This is notable simply because as his own New York Times reported last month, the “richest 10 percent of American households own 84 percent of all stocks.” Once again, no jobs without investment. Readers who doubt the previous assertion need only ask their man at Princeton. How are jobs created? They’re always an effect of delayed consumption. Always. The rich have the most unspent wealth which explains why they own 84 percent of all stocks. Yes, the rich create the vast majority of jobs. Think about the previous tautology, and then think about the slant of Krugman’s columns. When you seek to penalize the rich, as Krugman explicitly does, you’re putting a bull’s eye on job creation.
Krugman then tacked to Malpass and criticized his expressed support for a strong dollar in a 2011 column published at the Wall Street Journal. In truth, Malpass desires neither a strong nor weak dollar. Malpass is in favor of money as a measure, which is the equivalent of Malpass saying he prefers automobiles with wheels. Money quite simply is. It’s not wealth as much as it facilitates the exchange of wealth. For the economically focused Malpass to be in favor of a stable dollar is like a track & field coach to be in favor of breathing. For one to support a floating dollar is to be in favor of less trade, and less investment; meaning less specialization and less productivity.
In Malpass’s case, the dollar fell to its lowest point ever in 2011. This is important for reasons Krugman previously alluded to in the same column. As he put it about the bullishness of “trade deficits,” they’re a “sign of strength” for them correlating with “more inward investment from foreigners.” Malpass was for a stronger dollar simply because the persistently weak one was repelling the very investment that powers economic growth. When investors put money to work, they’re buying future currency income streams. That’s why a weak dollar, euro, yen, yuan or anything else is such a barrier to growth. It penalizes the very investment without which there is none.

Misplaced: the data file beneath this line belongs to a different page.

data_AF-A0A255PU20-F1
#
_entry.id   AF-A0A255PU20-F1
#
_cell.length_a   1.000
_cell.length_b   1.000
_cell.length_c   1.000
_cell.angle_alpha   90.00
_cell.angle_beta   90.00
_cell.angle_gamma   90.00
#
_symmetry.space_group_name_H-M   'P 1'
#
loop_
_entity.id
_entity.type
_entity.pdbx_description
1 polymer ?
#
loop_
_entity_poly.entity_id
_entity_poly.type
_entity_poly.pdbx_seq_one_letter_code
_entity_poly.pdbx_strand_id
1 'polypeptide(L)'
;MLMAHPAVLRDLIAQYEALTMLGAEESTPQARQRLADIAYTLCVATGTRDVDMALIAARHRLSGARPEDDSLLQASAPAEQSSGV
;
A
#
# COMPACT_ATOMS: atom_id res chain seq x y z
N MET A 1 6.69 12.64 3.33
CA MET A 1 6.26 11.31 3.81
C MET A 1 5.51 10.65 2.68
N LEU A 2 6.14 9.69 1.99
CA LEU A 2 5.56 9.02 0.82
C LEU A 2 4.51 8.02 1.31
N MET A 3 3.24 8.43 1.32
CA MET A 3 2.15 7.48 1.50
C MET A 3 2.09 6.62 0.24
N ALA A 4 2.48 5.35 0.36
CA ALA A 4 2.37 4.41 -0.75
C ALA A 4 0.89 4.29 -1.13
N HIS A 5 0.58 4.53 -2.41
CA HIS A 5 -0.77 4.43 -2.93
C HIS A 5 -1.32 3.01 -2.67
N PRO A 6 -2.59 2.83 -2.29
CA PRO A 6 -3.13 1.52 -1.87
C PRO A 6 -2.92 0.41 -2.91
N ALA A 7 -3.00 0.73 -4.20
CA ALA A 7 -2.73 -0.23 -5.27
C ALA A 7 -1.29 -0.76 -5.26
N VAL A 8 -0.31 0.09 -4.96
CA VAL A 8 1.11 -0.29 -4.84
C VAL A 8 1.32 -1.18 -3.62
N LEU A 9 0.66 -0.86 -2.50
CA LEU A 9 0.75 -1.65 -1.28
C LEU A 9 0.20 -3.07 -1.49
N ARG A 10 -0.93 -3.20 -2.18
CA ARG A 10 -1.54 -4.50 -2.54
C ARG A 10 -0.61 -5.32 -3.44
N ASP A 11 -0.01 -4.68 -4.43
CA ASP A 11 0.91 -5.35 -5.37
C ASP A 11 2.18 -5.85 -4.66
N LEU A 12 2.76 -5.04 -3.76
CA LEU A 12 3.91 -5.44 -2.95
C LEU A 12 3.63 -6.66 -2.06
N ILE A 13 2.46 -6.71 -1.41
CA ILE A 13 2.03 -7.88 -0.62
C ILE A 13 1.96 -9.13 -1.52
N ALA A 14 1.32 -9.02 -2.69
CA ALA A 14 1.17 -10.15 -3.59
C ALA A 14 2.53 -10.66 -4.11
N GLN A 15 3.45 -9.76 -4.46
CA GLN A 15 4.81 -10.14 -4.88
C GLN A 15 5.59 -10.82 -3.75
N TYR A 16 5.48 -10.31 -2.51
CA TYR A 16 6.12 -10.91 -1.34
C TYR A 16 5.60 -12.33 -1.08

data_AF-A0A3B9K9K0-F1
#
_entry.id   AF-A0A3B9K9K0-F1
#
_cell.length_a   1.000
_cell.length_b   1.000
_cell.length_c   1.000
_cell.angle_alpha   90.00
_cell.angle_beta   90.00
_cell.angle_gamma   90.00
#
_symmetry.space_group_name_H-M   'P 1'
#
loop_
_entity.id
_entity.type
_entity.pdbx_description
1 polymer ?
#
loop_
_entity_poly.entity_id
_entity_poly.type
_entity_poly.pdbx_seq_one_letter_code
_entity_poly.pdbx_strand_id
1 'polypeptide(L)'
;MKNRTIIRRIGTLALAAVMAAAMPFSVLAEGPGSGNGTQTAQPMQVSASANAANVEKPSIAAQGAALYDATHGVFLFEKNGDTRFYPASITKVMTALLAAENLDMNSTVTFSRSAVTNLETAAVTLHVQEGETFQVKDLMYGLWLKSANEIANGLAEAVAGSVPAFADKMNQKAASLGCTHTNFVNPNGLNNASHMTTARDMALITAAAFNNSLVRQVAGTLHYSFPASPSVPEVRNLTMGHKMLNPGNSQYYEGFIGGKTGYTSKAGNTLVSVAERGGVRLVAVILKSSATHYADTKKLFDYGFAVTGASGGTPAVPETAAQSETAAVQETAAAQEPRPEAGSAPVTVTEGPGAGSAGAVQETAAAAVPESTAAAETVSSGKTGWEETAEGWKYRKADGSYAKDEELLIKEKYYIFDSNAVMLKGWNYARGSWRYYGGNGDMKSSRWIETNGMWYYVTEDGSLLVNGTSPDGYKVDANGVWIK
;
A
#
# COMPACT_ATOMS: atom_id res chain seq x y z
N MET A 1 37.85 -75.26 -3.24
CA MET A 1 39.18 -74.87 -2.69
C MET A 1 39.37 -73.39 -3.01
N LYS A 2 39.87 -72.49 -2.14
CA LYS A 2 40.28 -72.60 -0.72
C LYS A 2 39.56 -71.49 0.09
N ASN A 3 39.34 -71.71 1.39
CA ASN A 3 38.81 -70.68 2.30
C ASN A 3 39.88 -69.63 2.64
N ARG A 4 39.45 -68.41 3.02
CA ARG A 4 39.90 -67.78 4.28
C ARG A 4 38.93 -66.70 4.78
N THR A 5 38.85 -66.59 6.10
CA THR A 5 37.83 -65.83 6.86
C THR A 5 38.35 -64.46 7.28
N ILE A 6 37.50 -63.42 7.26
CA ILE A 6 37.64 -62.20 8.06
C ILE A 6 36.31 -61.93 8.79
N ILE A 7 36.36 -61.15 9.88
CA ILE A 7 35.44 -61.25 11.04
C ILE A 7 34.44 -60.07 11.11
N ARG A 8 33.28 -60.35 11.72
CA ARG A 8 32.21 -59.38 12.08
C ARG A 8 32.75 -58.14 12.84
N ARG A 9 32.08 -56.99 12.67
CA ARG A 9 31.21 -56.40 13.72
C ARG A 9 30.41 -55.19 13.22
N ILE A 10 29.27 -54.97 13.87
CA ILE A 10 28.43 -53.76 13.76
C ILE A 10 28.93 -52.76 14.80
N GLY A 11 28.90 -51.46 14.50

Krugman, the picture definition of a “two-handed economist,” writes that “persistently high unemployment is the one situation in which trade deficits really are an unambiguously bad thing, reducing the demand for domestic goods and services.” Ok, so the “trade deficits’ which signal “more inward investment” are a positive when the economy is good, but a negative when the economy is bad? Investment inflows that boost company formation and job creation are problematic when an economy is weak? Sorry, but Krugman’s editors have done him a disservice. He can’t have it both ways. Or three ways.
Indeed, what he ignores is that without good money there’s logically going to be less “inward investment.” As for “strong” money rendering “products less competitive,” please. Krugman needs to at least try to be serious. That’s the case because his arguments are so easy to discredit. Among other things, Japanese exports into the U.S. surged in the 1970s and 1980s despite the yen crushing the dollar.
To be fair to Krugman, there’s no doubting that the rise of Trump has coincided with some truly zombie-like thinking in the GOP. Tariffs are madness as Krugman no doubt knows, and Trump supports them. Trump also supports a weak dollar, and for the same reasons Krugman does: he naively thinks a wrecked currency makes products more competitive. It doesn’t. More than Krugman would like to admit, his nuttiness would have him feeling quite comfy inside the Trump White House.
Back to Kudlow and Malpass, here’s hoping they can counterbalance all the economic illiteracy within Trumpland. If they succeed, Krugman will assuredly be a major critic of Trump’s hoped-for lurch toward economic sanity. In short, readers will know Trump’s headed in the right direction if Paul Krugman’s embrace of his own inner Zombie becomes more and more pronounced.